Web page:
Mourning the violence this week feeling somewhat helpless in response, I attended Harbor Community Church this past Sunday. Pastor James Welch delivered a powerful sermon exhorting the white community to seek a new understanding of recent events and to act in solidarity with our brothers and sisters of racial minorities, who undergo both subtle and violent persecutions based on race that white people can only vicariously understand. Pastor Welch’s experiences helped me to see, in a new light, what is far too often avoided to escape the tension of difficult conversation. I want to share Pastor Welch’s message, that it might move you, too, to a place of mourning and action, as well as hope in the justice and comfort of God:
Pastor Welch said that the dominant culture in America doesn’t understand the discrimination that African-Americans face on a daily basis. He recognized this disparity growing up poor in Hayti, Missouri.
He was raised in a one-room apartment above a lawn mower repair shop in the poorest community in Missouri. His mother was 14 years of age and his father was 17 when he was conceived. His maternal grandmother, who had 6 children fathered by 5 different men, lived in a public housing project, and his paternal grandfather, a sharecropper, lived in a cinder-block structure that had once been the farm’s weigh station.
The schools Welch attended, the sports teams on which he played, and the friends of his youth were overwhelmingly African-American. During his formative years, he recognized that, despite his socioeconomic similarity with his friends and classmates, his experience was quite different. He was privileged in many ways, while his African-American friends were treated with suspicion, vilified, and short-changed with respect to almost every opportunity because of their race:
His African-American friends were tailed when they entered a convenience store or shopping area; he wasn’t.
His African-American friends were called every imaginable racial slur when they played other teams, while the worst he was called was a name meant to besmirch him as a lover of their race.
His African-American friends were routinely stopped by the police and arrested for the slightest infraction; he was never stopped or cited despite his ‘misdemeanoring’ youth.
Many of his deserving African-American friends were passed over for positions of leadership or special recognition, while less qualified white classmates were often chosen or selected.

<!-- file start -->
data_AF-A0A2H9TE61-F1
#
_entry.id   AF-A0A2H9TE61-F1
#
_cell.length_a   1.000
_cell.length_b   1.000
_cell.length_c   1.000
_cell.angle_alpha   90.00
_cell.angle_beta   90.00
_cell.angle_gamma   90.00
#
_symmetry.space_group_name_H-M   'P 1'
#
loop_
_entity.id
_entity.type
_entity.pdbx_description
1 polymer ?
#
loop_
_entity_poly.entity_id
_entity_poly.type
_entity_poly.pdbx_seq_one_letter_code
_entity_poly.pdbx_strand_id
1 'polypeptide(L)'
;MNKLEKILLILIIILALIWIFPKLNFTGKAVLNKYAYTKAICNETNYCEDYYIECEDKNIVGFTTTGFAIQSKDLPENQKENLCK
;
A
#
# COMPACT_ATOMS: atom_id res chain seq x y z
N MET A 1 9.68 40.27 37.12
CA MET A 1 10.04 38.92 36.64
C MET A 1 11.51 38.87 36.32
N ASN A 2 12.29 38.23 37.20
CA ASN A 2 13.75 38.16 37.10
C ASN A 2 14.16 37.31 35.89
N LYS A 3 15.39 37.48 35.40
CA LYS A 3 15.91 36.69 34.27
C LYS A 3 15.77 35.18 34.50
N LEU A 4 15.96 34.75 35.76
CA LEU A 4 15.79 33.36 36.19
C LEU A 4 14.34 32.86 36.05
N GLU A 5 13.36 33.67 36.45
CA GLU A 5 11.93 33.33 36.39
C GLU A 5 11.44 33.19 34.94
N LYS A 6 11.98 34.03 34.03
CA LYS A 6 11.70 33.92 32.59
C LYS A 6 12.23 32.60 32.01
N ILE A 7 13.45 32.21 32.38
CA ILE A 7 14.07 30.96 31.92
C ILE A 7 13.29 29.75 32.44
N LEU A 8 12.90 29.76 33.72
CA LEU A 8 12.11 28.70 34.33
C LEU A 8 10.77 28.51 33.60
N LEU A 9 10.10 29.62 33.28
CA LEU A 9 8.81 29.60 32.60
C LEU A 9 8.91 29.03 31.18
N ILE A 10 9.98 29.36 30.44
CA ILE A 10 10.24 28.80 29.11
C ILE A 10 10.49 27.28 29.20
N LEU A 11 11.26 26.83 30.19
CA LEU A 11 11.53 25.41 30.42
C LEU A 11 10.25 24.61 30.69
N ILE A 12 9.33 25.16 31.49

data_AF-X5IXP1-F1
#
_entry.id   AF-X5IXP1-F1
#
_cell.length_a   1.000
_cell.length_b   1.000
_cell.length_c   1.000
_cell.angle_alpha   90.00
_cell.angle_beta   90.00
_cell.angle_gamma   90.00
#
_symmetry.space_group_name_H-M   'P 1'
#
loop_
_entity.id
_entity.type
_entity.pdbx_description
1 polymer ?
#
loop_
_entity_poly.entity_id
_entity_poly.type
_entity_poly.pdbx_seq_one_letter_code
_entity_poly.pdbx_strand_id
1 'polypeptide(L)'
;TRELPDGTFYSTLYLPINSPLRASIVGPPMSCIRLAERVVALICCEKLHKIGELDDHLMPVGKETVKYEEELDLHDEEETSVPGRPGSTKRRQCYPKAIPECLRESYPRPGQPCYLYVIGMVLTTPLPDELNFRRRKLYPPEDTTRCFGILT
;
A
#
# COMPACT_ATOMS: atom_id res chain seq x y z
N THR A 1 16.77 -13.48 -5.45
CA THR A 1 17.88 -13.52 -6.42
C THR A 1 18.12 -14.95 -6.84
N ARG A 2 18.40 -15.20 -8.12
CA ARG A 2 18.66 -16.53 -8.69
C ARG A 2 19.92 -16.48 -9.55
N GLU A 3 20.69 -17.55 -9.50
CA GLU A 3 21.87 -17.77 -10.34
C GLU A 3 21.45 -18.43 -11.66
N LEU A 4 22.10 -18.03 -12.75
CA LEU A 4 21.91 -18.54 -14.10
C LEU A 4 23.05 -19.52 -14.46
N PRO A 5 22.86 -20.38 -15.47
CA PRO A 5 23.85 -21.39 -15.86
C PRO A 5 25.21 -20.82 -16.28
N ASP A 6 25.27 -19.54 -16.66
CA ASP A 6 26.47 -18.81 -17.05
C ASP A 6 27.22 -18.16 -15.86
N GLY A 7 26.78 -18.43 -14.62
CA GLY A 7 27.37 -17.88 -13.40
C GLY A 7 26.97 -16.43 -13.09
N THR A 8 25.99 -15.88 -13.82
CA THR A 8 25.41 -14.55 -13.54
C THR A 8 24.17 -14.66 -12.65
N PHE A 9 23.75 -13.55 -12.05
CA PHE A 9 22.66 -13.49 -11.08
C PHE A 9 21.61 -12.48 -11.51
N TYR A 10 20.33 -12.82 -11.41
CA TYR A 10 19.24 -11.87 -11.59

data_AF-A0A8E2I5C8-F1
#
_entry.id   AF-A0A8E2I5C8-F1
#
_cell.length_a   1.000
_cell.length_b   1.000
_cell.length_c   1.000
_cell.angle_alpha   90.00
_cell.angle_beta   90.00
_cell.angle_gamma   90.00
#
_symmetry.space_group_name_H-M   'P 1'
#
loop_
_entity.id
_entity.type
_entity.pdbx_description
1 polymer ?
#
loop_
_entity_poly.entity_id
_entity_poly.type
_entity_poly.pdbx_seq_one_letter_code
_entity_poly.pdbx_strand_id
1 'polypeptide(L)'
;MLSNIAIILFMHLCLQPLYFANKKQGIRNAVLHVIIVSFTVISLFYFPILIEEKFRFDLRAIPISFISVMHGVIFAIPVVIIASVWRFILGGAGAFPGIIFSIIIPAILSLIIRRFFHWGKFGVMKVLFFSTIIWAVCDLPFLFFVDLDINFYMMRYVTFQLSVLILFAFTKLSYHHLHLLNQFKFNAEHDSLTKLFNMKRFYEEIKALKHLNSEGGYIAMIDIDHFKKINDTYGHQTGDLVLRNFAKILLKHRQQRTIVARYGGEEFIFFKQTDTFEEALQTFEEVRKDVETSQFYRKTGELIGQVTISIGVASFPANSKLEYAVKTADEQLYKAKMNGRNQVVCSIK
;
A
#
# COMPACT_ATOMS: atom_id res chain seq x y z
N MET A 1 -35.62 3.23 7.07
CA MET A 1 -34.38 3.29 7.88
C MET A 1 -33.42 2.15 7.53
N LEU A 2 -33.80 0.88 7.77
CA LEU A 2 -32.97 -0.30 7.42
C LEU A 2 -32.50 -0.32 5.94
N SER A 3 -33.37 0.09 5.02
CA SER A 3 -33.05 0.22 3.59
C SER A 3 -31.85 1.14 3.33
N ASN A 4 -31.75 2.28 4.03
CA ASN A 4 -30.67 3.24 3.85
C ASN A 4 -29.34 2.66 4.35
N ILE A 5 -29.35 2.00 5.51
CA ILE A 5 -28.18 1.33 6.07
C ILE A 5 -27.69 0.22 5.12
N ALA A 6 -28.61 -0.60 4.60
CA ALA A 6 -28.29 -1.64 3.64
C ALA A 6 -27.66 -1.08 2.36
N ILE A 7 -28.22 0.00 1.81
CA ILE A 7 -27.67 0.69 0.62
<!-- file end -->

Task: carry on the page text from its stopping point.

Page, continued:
Citing the wealth gap, health disparities, education gap, incidents of poverty, and incarceration rates, he stated “racial inequality cannot be denied.”
Grieving the recent killings of Alton Sterling and Philando Castille at the hands of police officers, and the killing of Dallas police officers Lorne Ahrens, Michael Krol, Michael Smith, Brent Thompson, and Patrick Zamarripa, he read the following scripture:
“I appeal to you, brothers, by the name of our Lord Jesus Christ, that all of you agree, and that there be no divisions among you, but that you be unified in the same mind…” 1 Cor. 1.10
“…[I]n humility count others as more significant than yourselves. Let each of you look not only to his own interests, but also to the interests of others” Phil. 2.3-4
He exhorted the congregation to take the following first steps toward racial reconciliation, and I would encourage you toward the same:
1) Read: These are complex issues. If you have not wrestled with the disparities within the black community or the dangers confronted by law enforcement, then today is not the day to add your two cents. If you are open to learn, then do some reading. Purchase a copy of White Like Me by Tim Wise. If you think yourself a conservative, take time to read conservative Christian scholars on race issues. Read Dr. Mika Edmondson’s thoughts on the Black Lives Matters http://bit.ly/29rirqK and Dr. Russell Moore’s thoughts on shootings and racial justice http://bit.ly/29lEfnv. You will discover the complexities of these issues. Take time to understand that our nation has some amazing police officers. Think back to September 11, 2001. Officers representing 10 different agencies died as a direct result of terrorist attacks. Many of those men and women gave their lives saving others. View their photos here http://bit.ly/29mKLPd and be thankful for brave men and women who serve well. After reading, I recommend that you take time to listen.